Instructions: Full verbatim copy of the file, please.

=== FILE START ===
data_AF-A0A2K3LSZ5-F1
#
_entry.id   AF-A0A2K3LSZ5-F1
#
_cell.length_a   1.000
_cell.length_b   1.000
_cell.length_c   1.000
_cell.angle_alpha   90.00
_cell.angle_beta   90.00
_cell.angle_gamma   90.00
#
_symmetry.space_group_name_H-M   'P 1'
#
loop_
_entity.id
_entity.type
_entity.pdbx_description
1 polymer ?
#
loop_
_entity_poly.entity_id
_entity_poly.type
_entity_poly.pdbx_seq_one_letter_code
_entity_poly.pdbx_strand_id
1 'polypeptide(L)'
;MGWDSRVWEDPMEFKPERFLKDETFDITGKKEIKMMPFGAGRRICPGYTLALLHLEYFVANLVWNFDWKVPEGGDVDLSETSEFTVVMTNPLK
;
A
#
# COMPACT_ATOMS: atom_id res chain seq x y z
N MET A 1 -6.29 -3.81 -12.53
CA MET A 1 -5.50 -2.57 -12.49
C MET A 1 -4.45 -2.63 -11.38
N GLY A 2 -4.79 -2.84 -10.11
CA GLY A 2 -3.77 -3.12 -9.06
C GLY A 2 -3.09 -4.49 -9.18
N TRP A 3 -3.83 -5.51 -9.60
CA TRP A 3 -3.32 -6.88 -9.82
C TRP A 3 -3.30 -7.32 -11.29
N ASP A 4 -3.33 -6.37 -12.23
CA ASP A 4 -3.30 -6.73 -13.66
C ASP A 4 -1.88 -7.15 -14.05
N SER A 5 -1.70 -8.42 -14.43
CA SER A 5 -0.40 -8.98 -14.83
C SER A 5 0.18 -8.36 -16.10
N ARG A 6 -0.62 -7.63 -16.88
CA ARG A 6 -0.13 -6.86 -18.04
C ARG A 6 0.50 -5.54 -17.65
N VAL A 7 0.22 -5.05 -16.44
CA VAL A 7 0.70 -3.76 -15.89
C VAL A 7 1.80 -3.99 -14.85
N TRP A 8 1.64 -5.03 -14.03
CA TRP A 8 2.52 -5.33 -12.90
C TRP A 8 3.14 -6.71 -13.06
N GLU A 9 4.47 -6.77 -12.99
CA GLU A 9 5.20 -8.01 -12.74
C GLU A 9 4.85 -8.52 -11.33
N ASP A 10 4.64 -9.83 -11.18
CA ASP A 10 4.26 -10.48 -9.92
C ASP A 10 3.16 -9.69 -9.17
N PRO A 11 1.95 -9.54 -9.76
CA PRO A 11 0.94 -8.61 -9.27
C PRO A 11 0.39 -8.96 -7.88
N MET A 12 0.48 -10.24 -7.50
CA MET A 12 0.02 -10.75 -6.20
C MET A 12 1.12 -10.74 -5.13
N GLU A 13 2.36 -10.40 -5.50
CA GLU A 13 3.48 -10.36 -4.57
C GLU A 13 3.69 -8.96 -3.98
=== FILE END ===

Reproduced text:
data_AF-A0A2K3LSZ5-F1
#
_entry.id   AF-A0A2K3LSZ5-F1
#
_cell.length_a   1.000
_cell.length_b   1.000
_cell.length_c   1.000
_cell.angle_alpha   90.00
_cell.angle_beta   90.00
_cell.angle_gamma   90.00
#
_symmetry.space_group_name_H-M   'P 1'
#
loop_
_entity.id
_entity.type
_entity.pdbx_description
1 polymer ?
#
loop_
_entity_poly.entity_id
_entity_poly.type
_entity_poly.pdbx_seq_one_letter_code
_entity_poly.pdbx_strand_id
1 'polypeptide(L)'
;MGWDSRVWEDPMEFKPERFLKDETFDITGKKEIKMMPFGAGRRICPGYTLALLHLEYFVANLVWNFDWKVPEGGDVDLSETSEFTVVMTNPLK
;
A
#
# COMPACT_ATOMS: atom_id res chain seq x y z
N MET A 1 -6.29 -3.81 -12.53
CA MET A 1 -5.50 -2.57 -12.49
C MET A 1 -4.45 -2.63 -11.38
N GLY A 2 -4.79 -2.84 -10.11
CA GLY A 2 -3.77 -3.12 -9.06
C GLY A 2 -3.09 -4.49 -9.18
N TRP A 3 -3.83 -5.51 -9.60
CA TRP A 3 -3.32 -6.88 -9.82
C TRP A 3 -3.30 -7.32 -11.29
N ASP A 4 -3.33 -6.37 -12.23
CA ASP A 4 -3.30 -6.73 -13.66
C ASP A 4 -1.88 -7.15 -14.05
N SER A 5 -1.70 -8.42 -14.43
CA SER A 5 -0.40 -8.98 -14.83
C SER A 5 0.18 -8.36 -16.10
N ARG A 6 -0.62 -7.63 -16.88
CA ARG A 6 -0.13 -6.86 -18.04
C ARG A 6 0.50 -5.54 -17.65
N VAL A 7 0.22 -5.05 -16.44
CA VAL A 7 0.70 -3.76 -15.89
C VAL A 7 1.80 -3.99 -14.85
N TRP A 8 1.64 -5.03 -14.03
CA TRP A 8 2.52 -5.33 -12.90
C TRP A 8 3.14 -6.71 -13.06
N GLU A 9 4.47 -6.77 -12.99
CA GLU A 9 5.20 -8.01 -12.74
C GLU A 9 4.85 -8.52 -11.33
N ASP A 10 4.64 -9.83 -11.18
CA ASP A 10 4.26 -10.48 -9.92
C ASP A 10 3.16 -9.69 -9.17
N PRO A 11 1.95 -9.54 -9.76
CA PRO A 11 0.94 -8.61 -9.27
C PRO A 11 0.39 -8.96 -7.88
N MET A 12 0.48 -10.24 -7.50
CA MET A 12 0.02 -10.75 -6.20
C MET A 12 1.12 -10.74 -5.13
N GLU A 13 2.36 -10.40 -5.50
CA GLU A 13 3.48 -10.36 -4.57
C GLU A 13 3.69 -8.96 -3.98